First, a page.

A second trial (n=1,121) of combination pegylated (40kD) interferon alfa-2a (PEGASYS) in combination with ribavirin given at 1,000 to 1,200 mg/ showed improved efficacy for both genotype 1 (46% vs. 37%, P=0.016) and genotypes 2,3 (76% vs. 61%, P=-0.008) over Rebetron. These results have been presented in abstract form at a major meeting but have not yet been published. No head-to-head trial of the 2 compounds has been performed so it is difficult to directly compare them to one another.
PEG Intron and ribavirin (Rebetrol) have both been FDA approved and are available for clinical use. PEGASYS is not expected to be FDA approved until the second half of 2002. The retail price of combination PEG Intron and ribavirin for 48 weeks will be approximately $25,000.00.
IMMUNOMODULATORS / ANTI-FIBROTICS / CYTOPROTECTIVE AGENTS
A number of immunomodulators, anti-fibrotics and cytoprotective agents which might be helpful blocking liver cell injury caused by HCV are currently under study. Many of these drugs have been given with interferon, growing on earlier lessons learned from ribavirin, which was ineffective when tested alone. A histamine analogue, which appears to improve efficacy of IFN looks promising and a trial of the drug in combination with long-acting IFN is currently underway in Europe.
Interferon gamma-Ib has been shown to be effective in reversing fibrosis (scar formation) of the lung in patients with idiopathic pulmonary fibrosis. It is now being studied in patients with advanced fibrosis or cirrhosis due to HCV to determine if it will reverse or halt the progression of their disease.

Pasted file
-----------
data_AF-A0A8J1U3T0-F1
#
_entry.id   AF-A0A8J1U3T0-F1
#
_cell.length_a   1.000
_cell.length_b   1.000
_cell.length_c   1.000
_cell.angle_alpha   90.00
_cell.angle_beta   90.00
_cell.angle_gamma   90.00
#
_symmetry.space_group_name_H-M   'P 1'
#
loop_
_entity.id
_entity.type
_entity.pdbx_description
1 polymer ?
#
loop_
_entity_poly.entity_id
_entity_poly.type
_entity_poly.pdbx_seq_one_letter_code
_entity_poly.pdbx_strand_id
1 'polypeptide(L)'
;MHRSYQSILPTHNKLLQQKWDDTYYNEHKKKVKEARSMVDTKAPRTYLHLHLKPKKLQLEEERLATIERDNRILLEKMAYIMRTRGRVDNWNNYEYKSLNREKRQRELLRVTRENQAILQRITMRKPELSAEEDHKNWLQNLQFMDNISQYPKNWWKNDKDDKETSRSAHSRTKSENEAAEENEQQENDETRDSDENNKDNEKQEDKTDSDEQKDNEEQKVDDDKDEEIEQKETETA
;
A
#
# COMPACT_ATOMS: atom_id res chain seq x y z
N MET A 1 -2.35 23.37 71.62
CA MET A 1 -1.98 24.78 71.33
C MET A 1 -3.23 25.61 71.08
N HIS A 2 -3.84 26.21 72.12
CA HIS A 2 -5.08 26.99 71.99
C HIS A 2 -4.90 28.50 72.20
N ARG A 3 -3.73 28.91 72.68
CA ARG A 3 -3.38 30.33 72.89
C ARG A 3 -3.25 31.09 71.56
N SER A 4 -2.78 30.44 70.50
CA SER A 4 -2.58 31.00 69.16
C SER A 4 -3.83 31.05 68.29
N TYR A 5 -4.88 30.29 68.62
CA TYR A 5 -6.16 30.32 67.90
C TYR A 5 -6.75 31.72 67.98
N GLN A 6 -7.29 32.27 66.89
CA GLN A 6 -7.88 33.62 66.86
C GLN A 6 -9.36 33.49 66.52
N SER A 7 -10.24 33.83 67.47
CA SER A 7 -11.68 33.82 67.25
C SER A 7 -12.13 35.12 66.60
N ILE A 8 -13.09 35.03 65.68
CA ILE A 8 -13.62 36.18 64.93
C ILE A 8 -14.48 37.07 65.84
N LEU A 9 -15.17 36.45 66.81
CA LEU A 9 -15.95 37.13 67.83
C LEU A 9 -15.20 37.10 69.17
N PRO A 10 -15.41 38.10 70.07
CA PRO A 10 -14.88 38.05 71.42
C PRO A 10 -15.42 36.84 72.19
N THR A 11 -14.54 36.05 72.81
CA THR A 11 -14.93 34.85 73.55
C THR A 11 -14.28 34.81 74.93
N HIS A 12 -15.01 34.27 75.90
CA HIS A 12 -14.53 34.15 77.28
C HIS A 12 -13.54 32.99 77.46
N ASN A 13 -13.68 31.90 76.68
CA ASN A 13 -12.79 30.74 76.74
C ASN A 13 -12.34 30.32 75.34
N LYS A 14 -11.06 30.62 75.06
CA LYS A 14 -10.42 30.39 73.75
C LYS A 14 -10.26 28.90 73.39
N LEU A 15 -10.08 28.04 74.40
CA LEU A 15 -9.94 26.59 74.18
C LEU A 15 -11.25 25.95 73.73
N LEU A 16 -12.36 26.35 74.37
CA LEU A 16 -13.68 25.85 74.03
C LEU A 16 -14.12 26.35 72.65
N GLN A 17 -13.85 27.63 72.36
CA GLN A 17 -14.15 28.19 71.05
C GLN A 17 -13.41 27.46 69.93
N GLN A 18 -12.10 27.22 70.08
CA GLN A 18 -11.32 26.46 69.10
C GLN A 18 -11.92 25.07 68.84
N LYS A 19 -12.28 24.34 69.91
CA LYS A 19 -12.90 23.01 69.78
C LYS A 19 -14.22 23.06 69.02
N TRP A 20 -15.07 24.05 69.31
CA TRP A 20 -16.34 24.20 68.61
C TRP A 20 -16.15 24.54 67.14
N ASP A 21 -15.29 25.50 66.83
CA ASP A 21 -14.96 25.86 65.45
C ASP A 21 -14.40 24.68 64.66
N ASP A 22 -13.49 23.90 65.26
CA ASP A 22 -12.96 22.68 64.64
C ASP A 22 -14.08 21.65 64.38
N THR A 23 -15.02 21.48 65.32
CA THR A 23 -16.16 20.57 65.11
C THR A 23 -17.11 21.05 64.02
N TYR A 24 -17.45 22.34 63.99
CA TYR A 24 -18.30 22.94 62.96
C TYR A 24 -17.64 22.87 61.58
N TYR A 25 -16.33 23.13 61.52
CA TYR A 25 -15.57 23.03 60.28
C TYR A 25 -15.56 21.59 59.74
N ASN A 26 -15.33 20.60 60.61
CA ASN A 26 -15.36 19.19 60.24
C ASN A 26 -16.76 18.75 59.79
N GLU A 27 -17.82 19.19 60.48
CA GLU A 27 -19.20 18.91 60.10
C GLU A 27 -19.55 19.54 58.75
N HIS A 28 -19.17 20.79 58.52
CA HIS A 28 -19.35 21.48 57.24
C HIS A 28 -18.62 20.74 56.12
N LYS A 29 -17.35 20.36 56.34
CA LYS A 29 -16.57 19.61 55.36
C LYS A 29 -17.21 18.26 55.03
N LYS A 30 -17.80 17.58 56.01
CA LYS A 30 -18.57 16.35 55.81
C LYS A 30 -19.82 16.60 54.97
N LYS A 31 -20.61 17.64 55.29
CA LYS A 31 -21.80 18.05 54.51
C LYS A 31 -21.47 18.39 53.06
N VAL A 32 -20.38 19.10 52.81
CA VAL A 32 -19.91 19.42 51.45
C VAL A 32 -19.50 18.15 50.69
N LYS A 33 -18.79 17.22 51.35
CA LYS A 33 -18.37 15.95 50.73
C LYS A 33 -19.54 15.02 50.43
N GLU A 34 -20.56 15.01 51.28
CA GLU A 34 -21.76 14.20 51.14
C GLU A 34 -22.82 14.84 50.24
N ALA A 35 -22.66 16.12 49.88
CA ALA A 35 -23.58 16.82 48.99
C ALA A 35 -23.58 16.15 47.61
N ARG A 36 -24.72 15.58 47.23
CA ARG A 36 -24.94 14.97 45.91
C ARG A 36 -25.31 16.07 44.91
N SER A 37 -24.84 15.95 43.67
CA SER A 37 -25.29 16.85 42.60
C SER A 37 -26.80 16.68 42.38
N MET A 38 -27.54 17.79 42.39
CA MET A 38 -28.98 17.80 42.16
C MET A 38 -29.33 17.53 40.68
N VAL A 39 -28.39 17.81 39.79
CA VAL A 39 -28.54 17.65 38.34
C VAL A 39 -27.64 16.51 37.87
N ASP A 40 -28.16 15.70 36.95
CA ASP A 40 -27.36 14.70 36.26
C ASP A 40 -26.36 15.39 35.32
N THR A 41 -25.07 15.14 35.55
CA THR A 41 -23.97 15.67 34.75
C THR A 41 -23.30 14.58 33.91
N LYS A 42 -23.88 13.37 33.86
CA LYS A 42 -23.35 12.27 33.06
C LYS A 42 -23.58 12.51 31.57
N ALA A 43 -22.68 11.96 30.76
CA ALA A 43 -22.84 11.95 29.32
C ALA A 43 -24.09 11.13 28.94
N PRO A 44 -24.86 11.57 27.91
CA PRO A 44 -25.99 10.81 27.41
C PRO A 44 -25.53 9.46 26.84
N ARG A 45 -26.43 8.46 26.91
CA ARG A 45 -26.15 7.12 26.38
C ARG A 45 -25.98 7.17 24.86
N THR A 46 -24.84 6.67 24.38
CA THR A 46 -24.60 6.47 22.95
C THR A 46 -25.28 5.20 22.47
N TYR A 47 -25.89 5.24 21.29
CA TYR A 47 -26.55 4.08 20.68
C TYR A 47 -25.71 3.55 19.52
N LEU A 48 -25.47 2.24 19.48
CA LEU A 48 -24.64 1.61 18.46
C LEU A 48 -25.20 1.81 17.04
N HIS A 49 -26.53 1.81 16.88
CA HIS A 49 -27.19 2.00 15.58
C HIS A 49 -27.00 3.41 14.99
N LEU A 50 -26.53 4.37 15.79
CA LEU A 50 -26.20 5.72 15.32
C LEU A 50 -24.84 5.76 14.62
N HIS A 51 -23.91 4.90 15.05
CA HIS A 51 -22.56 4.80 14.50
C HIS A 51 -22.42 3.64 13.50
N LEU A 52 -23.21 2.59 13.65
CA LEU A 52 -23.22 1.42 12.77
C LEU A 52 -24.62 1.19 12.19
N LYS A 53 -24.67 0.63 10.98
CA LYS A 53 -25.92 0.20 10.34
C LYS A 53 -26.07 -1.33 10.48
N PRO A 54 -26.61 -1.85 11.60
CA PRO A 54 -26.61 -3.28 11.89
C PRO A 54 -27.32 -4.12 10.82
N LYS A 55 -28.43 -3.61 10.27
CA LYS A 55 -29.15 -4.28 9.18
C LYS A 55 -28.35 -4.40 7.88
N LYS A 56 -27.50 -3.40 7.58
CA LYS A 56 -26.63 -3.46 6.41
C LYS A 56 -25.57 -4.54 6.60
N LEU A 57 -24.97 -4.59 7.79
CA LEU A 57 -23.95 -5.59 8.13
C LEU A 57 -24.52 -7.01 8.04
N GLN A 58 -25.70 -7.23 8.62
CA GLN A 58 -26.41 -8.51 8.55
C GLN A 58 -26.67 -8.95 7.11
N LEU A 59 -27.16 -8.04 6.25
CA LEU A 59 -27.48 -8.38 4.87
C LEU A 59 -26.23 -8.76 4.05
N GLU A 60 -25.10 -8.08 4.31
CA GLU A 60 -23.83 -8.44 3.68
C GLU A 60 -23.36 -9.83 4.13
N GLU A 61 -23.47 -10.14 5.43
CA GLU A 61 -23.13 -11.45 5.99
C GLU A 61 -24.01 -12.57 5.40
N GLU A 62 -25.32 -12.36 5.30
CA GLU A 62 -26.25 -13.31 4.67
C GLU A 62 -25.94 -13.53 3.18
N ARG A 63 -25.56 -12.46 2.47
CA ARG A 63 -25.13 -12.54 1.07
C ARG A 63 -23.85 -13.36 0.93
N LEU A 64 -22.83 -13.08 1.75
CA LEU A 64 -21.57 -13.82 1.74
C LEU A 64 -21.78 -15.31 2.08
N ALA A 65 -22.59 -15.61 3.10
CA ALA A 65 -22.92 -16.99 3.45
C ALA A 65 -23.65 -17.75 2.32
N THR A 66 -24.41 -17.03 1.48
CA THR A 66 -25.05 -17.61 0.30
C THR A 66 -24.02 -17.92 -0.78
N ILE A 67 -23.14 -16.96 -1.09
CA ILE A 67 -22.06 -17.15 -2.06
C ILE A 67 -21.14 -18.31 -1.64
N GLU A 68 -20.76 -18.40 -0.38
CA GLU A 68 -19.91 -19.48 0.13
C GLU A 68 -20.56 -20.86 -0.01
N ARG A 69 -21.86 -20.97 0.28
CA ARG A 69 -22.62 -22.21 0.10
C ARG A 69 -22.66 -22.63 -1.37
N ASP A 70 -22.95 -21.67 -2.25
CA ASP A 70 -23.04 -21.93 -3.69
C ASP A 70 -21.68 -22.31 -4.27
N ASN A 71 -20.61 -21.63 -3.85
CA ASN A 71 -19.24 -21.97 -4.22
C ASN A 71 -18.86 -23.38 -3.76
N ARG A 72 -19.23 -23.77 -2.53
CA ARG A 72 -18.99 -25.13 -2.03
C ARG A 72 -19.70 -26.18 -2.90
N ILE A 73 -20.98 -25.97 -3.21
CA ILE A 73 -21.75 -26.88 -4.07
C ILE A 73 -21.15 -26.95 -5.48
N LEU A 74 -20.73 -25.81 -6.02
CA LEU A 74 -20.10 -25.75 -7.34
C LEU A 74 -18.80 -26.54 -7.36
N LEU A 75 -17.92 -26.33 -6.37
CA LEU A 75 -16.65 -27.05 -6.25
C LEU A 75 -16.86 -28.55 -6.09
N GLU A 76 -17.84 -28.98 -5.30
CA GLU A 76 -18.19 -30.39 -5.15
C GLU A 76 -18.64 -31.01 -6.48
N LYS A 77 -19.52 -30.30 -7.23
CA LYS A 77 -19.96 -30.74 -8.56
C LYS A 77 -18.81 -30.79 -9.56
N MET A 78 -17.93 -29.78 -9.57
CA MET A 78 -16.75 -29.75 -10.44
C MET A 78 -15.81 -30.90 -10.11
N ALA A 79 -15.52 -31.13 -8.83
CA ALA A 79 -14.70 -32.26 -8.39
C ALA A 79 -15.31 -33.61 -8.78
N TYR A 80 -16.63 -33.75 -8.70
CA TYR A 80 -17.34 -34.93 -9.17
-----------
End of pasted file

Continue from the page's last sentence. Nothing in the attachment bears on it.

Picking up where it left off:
Other possibly useful drugs under study are IMPDH (inosine monophosphate dehydrogenase) inhibitors, which have anti-inflammatory and antiviral activities similar to ribavirin and thymosin-alfa1, an immunomodulator to be studied in combination with peginterferon alfa-2a. Less promising drugs in prior trials have been IL-12, IL-10, Ursodiol, glycyrrhizin, and combination IFN with amantadine or rimantadine.
HCV ENZYME INHIBITORS / PROTEIN PROCESSING INHIBITORS
The ideal targets for new drug therapies are viral enzymes critical to HCV replication. This targeting strategy has been quite successful in HIV suppression and serves as a logical model for HCV drug development. Unfortunately, the HIV protease enzymes are aspartase based, whereas the HCV protease is serine based and therefore HIV protease inhibitors have no effect on HCV replication. As with HIV, the use of viral enzyme inhibitors in HCV therapy would likely cause drug-resistant mutations.
There are 3 likely target enzymes: the HCV protease, the HCV helicase, and HCV polymerase enzymes. Each has a crucial step in virus replication. The crystal structure of the hepatitis C N53 protease enzyme was published in 1996; however, an effective inhibitor has not been produced. NS4A and NS43, other HCV proteases, are additional targets.